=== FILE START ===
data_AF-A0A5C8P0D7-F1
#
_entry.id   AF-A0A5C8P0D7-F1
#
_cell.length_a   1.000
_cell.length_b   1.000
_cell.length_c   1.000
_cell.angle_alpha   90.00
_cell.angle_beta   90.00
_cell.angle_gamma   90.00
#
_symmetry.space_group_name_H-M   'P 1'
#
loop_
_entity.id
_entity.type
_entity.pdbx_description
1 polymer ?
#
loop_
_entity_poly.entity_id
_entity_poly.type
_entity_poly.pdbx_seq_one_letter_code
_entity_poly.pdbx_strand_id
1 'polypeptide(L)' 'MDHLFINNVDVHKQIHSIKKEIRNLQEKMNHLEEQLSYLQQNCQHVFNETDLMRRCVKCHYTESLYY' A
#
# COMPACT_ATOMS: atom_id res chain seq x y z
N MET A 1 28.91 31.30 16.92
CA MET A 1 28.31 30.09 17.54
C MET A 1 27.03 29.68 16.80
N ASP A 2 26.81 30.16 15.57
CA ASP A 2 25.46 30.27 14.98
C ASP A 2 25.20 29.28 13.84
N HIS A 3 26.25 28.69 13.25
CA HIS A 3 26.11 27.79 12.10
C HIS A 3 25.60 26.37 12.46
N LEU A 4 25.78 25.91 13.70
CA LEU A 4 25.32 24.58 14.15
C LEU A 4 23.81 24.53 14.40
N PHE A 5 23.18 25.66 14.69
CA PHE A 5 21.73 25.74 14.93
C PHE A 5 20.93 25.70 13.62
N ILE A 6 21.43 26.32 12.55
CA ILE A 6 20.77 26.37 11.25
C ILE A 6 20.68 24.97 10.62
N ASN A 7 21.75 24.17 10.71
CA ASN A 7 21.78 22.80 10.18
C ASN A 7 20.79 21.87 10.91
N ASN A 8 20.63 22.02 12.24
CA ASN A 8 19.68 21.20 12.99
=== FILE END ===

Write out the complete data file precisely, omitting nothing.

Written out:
data_AF-A0A5C8P0D7-F1
#
_entry.id   AF-A0A5C8P0D7-F1
#
_cell.length_a   1.000
_cell.length_b   1.000
_cell.length_c   1.000
_cell.angle_alpha   90.00
_cell.angle_beta   90.00
_cell.angle_gamma   90.00
#
_symmetry.space_group_name_H-M   'P 1'
#
loop_
_entity.id
_entity.type
_entity.pdbx_description
1 polymer ?
#
loop_
_entity_poly.entity_id
_entity_poly.type
_entity_poly.pdbx_seq_one_letter_code
_entity_poly.pdbx_strand_id
1 'polypeptide(L)' 'MDHLFINNVDVHKQIHSIKKEIRNLQEKMNHLEEQLSYLQQNCQHVFNETDLMRRCVKCHYTESLYY' A
#
# COMPACT_ATOMS: atom_id res chain seq x y z
N MET A 1 28.91 31.30 16.92
CA MET A 1 28.31 30.09 17.54
C MET A 1 27.03 29.68 16.80
N ASP A 2 26.81 30.16 15.57
CA ASP A 2 25.46 30.27 14.98
C ASP A 2 25.20 29.28 13.84
N HIS A 3 26.25 28.69 13.25
CA HIS A 3 26.11 27.79 12.10
C HIS A 3 25.60 26.37 12.46
N LEU A 4 25.78 25.91 13.70
CA LEU A 4 25.32 24.58 14.15
C LEU A 4 23.81 24.53 14.40
N PHE A 5 23.18 25.66 14.69
CA PHE A 5 21.73 25.74 14.93
C PHE A 5 20.93 25.70 13.62
N ILE A 6 21.43 26.32 12.55
CA ILE A 6 20.77 26.37 11.25
C ILE A 6 20.68 24.97 10.62
N ASN A 7 21.75 24.17 10.71
CA ASN A 7 21.78 22.80 10.18
C ASN A 7 20.79 21.87 10.91
N ASN A 8 20.63 22.02 12.24
CA ASN A 8 19.68 21.20 12.99